Monday, April 13, 2015

Woman in Gold

One would think by the time I was a grandmother that I would know who I am and where I came from in the world. But I find I am just as confused about myself now as when I was a floundering teen trying to define myself. I am always looking, making connections.  It is no secret that I have been wading through the past recently trying to explain the present. I knew I was Irish with touches of German and dashes of Native American. My family tree held a wee touch of French near the roots. I wanted to know from where I came but also how dispositions, shapes, weaknesses, and even religious beliefs were passed on.

There were some traits and trends I had I wondered about and questioned where they came from. I was drawn to Nazi Germany settings in books, hated India settings in novels. I was meek for myself, but I was staunch in defending some injustices for others. I tended to forgive easily and did not harbor grudges which made me appear a bit like a door mat in some people’s opinion. I loved potatoes and pickles and foods with kick. An avocado will make me so sick in fifteen minutes I nearly pass out. I like a beer with pizza now, liked cherry vodka and whiskey sours when young, but never ever seemed to need the stuff to make me feel better or to be socially acceptable. I just liked the taste. What in me made me able to walk away when ancestors found the drink a demon?

Yesterday we used a year old gift card and went to a movie on a Sunday afternoon. Both were worn and frazzled from an emotional Saturday with family burying the ashes of DH’s mother. A movie complete with soda pop and popcorn (that turned out to be as expensive as a full meal dining out!) seemed to be a nice relief. We chose Woman in Gold as it sounded like just an average good story. I remember when Maria Altman made news getting her family’s painting back from Austria and placing it in an American gallery.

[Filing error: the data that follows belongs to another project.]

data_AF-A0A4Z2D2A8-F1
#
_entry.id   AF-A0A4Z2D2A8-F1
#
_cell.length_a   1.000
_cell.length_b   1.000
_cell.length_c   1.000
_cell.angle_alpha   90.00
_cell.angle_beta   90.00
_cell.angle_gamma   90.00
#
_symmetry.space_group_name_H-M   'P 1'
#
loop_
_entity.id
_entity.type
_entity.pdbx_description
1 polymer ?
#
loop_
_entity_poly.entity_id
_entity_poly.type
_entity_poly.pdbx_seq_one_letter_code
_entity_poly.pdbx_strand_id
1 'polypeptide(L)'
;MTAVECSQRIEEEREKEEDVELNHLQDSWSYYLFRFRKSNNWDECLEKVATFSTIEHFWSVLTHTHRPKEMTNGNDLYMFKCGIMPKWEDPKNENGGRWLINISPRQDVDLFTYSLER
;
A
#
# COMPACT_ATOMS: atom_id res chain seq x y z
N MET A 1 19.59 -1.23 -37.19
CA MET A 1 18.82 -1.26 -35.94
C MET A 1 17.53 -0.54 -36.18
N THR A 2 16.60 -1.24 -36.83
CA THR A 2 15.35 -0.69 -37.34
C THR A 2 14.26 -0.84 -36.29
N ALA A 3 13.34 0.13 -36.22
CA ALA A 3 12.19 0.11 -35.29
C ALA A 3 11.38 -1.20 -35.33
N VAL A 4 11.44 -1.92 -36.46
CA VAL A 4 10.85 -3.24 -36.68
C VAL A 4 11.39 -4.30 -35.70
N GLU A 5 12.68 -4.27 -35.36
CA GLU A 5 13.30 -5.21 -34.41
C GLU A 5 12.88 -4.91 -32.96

Here we were with the Nazi setting again that both DH and I have read about in many books over the years. Helen Mirren is always superb to watch. I settled back waiting to be lost in an escape with story. To my surprise the movie was more than good; it was extraordinarily good. Maybe my mental state was right for it, but the story proved to be very emotional too. In the middle of the movie, I felt a warm tear slide down my cheek, the first of many.

That the Nazis humiliated, stole, and killed the Jews was no news. That family belongings were taken in front of their eyes, that loved ones vanished daily was not news to me. But one line from Maria Altman’s character resonated with me. She accused the Austrians of waving and greeting the Germans when they came in. Her anger accused them of being knowledgeable participants in the atrocities, not ignorant bystanders. Once again I felt terror at the thoughts of what humans can do, did do, and are still doing to one another…and sometimes even in the name of religion.

I was a young woman with children before I learned my paternal grandmother was German. She was married to an Irishman and I thought her red hair was Irish too. I knew my maternal grandfather had lines back to Germanic areas. But I was shocked to hear my paternal grandmother, and only once did she say it, tell of how careful she had to be in WWI because people hated Germans. She had to hide as much of her Germanic traits and background as she could despite her people living in American a long while. I have recently learned in genealogical searches that I am more German than just her line because the Irish grandfather had a German mother! I have traced many people back to mid and southern Germany, areas I know nothing about.